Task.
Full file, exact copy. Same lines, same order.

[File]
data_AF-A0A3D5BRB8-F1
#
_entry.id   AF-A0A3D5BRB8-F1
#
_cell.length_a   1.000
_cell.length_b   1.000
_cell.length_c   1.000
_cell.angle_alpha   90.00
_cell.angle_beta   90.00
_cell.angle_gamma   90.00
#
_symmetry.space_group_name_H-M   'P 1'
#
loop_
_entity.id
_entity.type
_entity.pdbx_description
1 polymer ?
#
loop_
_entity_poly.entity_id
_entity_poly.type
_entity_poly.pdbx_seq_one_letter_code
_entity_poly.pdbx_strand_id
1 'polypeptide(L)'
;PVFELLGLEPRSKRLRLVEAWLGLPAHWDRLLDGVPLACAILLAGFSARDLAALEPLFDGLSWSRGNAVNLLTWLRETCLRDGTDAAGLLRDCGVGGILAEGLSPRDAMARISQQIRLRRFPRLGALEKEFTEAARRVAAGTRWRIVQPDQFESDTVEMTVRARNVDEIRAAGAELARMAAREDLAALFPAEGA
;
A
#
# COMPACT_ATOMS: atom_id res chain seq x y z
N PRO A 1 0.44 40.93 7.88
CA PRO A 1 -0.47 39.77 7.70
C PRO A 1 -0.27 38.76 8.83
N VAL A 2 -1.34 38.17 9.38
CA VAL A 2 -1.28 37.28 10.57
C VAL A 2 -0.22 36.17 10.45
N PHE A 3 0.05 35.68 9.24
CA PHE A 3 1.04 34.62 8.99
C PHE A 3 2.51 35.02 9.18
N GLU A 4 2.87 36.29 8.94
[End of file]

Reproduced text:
data_AF-A0A3D5BRB8-F1
#
_entry.id   AF-A0A3D5BRB8-F1
#
_cell.length_a   1.000
_cell.length_b   1.000
_cell.length_c   1.000
_cell.angle_alpha   90.00
_cell.angle_beta   90.00
_cell.angle_gamma   90.00
#
_symmetry.space_group_name_H-M   'P 1'
#
loop_
_entity.id
_entity.type
_entity.pdbx_description
1 polymer ?
#
loop_
_entity_poly.entity_id
_entity_poly.type
_entity_poly.pdbx_seq_one_letter_code
_entity_poly.pdbx_strand_id
1 'polypeptide(L)'
;PVFELLGLEPRSKRLRLVEAWLGLPAHWDRLLDGVPLACAILLAGFSARDLAALEPLFDGLSWSRGNAVNLLTWLRETCLRDGTDAAGLLRDCGVGGILAEGLSPRDAMARISQQIRLRRFPRLGALEKEFTEAARRVAAGTRWRIVQPDQFESDTVEMTVRARNVDEIRAAGAELARMAAREDLAALFPAEGA
;
A
#
# COMPACT_ATOMS: atom_id res chain seq x y z
N PRO A 1 0.44 40.93 7.88
CA PRO A 1 -0.47 39.77 7.70
C PRO A 1 -0.27 38.76 8.83
N VAL A 2 -1.34 38.17 9.38
CA VAL A 2 -1.28 37.28 10.57
C VAL A 2 -0.22 36.17 10.45
N PHE A 3 0.05 35.68 9.24
CA PHE A 3 1.04 34.62 8.99
C PHE A 3 2.51 35.02 9.18
N GLU A 4 2.87 36.29 8.94